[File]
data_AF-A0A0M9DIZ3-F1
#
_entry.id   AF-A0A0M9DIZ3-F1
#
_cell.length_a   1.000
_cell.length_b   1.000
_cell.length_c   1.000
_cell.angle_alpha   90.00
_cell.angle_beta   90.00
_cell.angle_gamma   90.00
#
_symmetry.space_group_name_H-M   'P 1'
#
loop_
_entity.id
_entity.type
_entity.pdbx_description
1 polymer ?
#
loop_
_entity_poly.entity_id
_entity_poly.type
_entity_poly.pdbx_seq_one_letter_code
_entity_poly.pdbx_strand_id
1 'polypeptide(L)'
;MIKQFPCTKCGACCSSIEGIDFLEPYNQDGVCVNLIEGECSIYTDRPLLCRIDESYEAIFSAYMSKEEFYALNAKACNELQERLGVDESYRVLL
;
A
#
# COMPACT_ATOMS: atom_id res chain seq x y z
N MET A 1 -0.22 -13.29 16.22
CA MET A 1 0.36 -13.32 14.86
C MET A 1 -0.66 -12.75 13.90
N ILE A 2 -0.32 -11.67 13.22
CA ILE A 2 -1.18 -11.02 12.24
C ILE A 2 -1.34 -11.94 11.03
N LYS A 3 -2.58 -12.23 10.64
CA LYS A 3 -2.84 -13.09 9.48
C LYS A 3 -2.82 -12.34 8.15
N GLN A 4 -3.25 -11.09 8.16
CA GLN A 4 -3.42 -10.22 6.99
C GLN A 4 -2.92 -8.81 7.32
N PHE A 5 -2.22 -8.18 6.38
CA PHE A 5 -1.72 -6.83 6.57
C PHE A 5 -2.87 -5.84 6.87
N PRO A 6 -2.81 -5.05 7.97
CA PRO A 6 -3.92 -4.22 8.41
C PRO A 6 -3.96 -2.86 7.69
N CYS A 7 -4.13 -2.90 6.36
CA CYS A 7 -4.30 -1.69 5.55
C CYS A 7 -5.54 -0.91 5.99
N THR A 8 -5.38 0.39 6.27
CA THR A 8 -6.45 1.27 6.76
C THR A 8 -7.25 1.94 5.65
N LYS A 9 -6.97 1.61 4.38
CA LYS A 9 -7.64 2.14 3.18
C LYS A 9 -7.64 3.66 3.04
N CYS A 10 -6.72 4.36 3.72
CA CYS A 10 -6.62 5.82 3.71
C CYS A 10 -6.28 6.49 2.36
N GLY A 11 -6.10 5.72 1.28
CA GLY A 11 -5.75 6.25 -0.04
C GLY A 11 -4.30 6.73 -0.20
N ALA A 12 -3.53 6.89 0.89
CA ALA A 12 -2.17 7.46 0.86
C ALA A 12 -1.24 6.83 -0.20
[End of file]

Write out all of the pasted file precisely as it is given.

data_AF-A0A0M9DIZ3-F1
#
_entry.id   AF-A0A0M9DIZ3-F1
#
_cell.length_a   1.000
_cell.length_b   1.000
_cell.length_c   1.000
_cell.angle_alpha   90.00
_cell.angle_beta   90.00
_cell.angle_gamma   90.00
#
_symmetry.space_group_name_H-M   'P 1'
#
loop_
_entity.id
_entity.type
_entity.pdbx_description
1 polymer ?
#
loop_
_entity_poly.entity_id
_entity_poly.type
_entity_poly.pdbx_seq_one_letter_code
_entity_poly.pdbx_strand_id
1 'polypeptide(L)'
;MIKQFPCTKCGACCSSIEGIDFLEPYNQDGVCVNLIEGECSIYTDRPLLCRIDESYEAIFSAYMSKEEFYALNAKACNELQERLGVDESYRVLL
;
A
#
# COMPACT_ATOMS: atom_id res chain seq x y z
N MET A 1 -0.22 -13.29 16.22
CA MET A 1 0.36 -13.32 14.86
C MET A 1 -0.66 -12.75 13.90
N ILE A 2 -0.32 -11.67 13.22
CA ILE A 2 -1.18 -11.02 12.24
C ILE A 2 -1.34 -11.94 11.03
N LYS A 3 -2.58 -12.23 10.64
CA LYS A 3 -2.84 -13.09 9.48
C LYS A 3 -2.82 -12.34 8.15
N GLN A 4 -3.25 -11.09 8.16
CA GLN A 4 -3.42 -10.22 6.99
C GLN A 4 -2.92 -8.81 7.32
N PHE A 5 -2.22 -8.18 6.38
CA PHE A 5 -1.72 -6.83 6.57
C PHE A 5 -2.87 -5.84 6.87
N PRO A 6 -2.81 -5.05 7.97
CA PRO A 6 -3.92 -4.22 8.41
C PRO A 6 -3.96 -2.86 7.69
N CYS A 7 -4.13 -2.90 6.36
CA CYS A 7 -4.30 -1.69 5.55
C CYS A 7 -5.54 -0.91 5.99
N THR A 8 -5.38 0.39 6.27
CA THR A 8 -6.45 1.27 6.76
C THR A 8 -7.25 1.94 5.65
N LYS A 9 -6.97 1.61 4.38
CA LYS A 9 -7.64 2.14 3.18
C LYS A 9 -7.64 3.66 3.04
N CYS A 10 -6.72 4.36 3.72
CA CYS A 10 -6.62 5.82 3.71
C CYS A 10 -6.28 6.49 2.36
N GLY A 11 -6.10 5.72 1.28
CA GLY A 11 -5.75 6.25 -0.04
C GLY A 11 -4.30 6.73 -0.20
N ALA A 12 -3.53 6.89 0.89
CA ALA A 12 -2.17 7.46 0.86
C ALA A 12 -1.24 6.83 -0.20